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Selecting the Right Laminate Floor

Are you considering putting a laminate floor in your home, apartment or condo? While having a professional carpenter install the flooring is often faster, laying it yourself is possible.

When selecting the proper laminate flooring for your space, it is important to know which type is best. You will need to determine if the area where you will be installing the flooring is dry or damp. These factors will determine the type of flooring you will want to install.

Selecting the right laminate floor can be daunting with the many choices available. There are many brands and types of manufactured self-locking flooring systems. Typically, retailers carry different brands of flooring so as to not have to compete with each other on the same product. Plastic laminate, very similar to a Formica countertop is one of the most popular floorings and also the most durable finish. Laminate is typically bonded to a medium density fiberboard (MDF), a fine particle board substrate. This type of flooring holds up quite well in dry environments.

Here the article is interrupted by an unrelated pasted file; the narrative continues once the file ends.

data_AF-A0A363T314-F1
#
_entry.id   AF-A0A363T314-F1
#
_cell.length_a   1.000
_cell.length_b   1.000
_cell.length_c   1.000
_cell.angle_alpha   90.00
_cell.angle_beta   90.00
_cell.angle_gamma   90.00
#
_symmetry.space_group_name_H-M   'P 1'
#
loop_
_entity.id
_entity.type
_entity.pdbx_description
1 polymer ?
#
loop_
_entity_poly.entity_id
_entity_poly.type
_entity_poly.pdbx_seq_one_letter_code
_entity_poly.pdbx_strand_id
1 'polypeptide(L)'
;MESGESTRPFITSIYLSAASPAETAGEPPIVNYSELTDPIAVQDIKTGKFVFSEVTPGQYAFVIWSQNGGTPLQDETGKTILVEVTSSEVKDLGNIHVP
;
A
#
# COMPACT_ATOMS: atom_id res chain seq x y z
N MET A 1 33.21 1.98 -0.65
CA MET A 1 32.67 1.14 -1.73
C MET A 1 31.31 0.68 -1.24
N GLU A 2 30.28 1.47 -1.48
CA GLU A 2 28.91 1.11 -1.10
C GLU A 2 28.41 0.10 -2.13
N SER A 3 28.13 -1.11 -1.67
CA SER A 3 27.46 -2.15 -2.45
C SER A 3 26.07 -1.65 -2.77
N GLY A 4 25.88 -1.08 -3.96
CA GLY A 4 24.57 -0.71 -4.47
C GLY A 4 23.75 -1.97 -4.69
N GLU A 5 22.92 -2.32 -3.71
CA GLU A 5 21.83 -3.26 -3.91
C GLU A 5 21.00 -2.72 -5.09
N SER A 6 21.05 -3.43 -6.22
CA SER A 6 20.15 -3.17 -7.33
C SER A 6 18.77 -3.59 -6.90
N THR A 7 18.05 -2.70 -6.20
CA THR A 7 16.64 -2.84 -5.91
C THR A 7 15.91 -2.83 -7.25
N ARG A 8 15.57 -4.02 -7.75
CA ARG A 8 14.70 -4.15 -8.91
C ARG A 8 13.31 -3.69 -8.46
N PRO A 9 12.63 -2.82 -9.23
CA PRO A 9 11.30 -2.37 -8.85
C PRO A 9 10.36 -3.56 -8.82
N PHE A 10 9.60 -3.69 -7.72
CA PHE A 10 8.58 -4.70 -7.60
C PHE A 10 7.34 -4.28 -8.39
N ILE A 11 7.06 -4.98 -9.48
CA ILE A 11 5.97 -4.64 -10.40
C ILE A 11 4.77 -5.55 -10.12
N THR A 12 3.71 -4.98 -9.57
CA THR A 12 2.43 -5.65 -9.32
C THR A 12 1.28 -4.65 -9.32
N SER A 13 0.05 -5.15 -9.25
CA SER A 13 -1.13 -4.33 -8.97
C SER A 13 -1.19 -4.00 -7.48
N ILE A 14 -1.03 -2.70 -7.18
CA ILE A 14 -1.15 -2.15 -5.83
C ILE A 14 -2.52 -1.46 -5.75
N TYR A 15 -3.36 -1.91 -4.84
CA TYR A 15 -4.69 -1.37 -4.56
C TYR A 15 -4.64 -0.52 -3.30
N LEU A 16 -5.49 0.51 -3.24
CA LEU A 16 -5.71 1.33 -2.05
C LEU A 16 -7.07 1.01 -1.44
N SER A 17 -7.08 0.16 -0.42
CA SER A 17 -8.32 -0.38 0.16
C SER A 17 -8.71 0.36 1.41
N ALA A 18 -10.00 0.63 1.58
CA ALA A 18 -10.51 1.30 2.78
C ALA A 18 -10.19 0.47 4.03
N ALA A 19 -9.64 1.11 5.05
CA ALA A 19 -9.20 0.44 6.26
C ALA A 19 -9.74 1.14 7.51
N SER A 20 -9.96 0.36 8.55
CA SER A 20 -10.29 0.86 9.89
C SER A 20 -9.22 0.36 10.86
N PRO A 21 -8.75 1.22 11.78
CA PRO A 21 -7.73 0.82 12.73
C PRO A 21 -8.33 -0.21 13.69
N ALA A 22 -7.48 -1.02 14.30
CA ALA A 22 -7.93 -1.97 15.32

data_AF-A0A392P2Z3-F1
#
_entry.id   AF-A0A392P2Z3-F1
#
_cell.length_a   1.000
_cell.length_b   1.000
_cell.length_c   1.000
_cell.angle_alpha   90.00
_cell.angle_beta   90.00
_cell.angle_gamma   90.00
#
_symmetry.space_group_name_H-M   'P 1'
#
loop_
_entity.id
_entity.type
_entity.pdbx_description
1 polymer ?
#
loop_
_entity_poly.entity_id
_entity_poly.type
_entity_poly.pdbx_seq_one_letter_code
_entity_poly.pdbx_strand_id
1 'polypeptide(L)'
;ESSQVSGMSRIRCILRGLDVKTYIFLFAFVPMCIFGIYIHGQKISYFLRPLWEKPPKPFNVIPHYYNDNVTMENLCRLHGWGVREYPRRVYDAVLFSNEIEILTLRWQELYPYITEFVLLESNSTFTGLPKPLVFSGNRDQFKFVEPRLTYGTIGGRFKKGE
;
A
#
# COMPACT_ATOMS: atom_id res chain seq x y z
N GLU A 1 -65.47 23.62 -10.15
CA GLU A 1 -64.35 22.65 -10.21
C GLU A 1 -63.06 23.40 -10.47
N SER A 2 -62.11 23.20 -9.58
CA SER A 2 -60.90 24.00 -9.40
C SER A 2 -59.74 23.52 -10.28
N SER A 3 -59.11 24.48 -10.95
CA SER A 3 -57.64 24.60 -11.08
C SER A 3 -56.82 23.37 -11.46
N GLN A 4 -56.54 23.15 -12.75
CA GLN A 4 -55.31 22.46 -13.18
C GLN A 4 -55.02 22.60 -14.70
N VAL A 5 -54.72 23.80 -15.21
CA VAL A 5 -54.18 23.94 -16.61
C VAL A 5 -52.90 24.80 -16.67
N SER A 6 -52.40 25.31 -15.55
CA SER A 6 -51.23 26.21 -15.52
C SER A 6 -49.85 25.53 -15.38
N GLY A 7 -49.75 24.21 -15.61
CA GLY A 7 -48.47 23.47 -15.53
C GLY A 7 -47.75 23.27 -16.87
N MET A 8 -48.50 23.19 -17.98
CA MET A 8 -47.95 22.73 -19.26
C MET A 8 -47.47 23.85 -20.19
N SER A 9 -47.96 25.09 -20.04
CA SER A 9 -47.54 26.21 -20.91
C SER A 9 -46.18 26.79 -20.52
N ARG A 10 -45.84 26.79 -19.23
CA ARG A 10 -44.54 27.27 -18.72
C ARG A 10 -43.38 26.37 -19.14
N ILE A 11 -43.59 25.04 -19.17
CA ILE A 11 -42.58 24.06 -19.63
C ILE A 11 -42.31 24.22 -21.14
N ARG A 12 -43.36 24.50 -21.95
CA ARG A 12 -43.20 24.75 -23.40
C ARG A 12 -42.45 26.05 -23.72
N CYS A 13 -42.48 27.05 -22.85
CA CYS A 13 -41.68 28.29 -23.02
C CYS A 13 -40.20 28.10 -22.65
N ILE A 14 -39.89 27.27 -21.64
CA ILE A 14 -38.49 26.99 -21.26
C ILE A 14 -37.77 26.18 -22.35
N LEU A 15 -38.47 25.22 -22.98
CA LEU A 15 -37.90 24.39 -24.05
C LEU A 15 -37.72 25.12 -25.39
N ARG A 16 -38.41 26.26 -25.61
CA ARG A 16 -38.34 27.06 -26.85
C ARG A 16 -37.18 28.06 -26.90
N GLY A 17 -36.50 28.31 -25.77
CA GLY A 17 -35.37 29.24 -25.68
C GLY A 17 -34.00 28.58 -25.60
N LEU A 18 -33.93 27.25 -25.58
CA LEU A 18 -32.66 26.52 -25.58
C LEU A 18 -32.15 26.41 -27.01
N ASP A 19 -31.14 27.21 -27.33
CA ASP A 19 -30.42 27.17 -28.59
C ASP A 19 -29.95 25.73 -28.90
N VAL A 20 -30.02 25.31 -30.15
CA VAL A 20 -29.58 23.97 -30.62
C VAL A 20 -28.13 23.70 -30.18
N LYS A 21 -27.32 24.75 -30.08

Engineered flooring is a laminate or wood veneer bonded to plywood substrate. The plywood is a stronger and more stable substrate, more suitable for an occasionally damp setting such as a kitchen or basement. The decorative wood veneer can be very thin and it is important to note that this type of wood can never be refinished. There are some solid wood veneers up to a 1/8” thick and they may be able to be refinished once. Many laminate flooring systems have a shelf life of ten to 15 years. A traditional hardwood strip floor can be refinished many times and may last over one hundred years.

Floating floor means that they are assembled together and not affixed to the building’s subfloor. The benefit of floating laminate floors is that the flooring expands and contracts independently of the building and therefore the seams won’t open up seasonally or crack when the building settles or moves. The panels are locked together with a space if left around the perimeter to allow for expansion.

Learn how to lay laminate flooring in our next blog.

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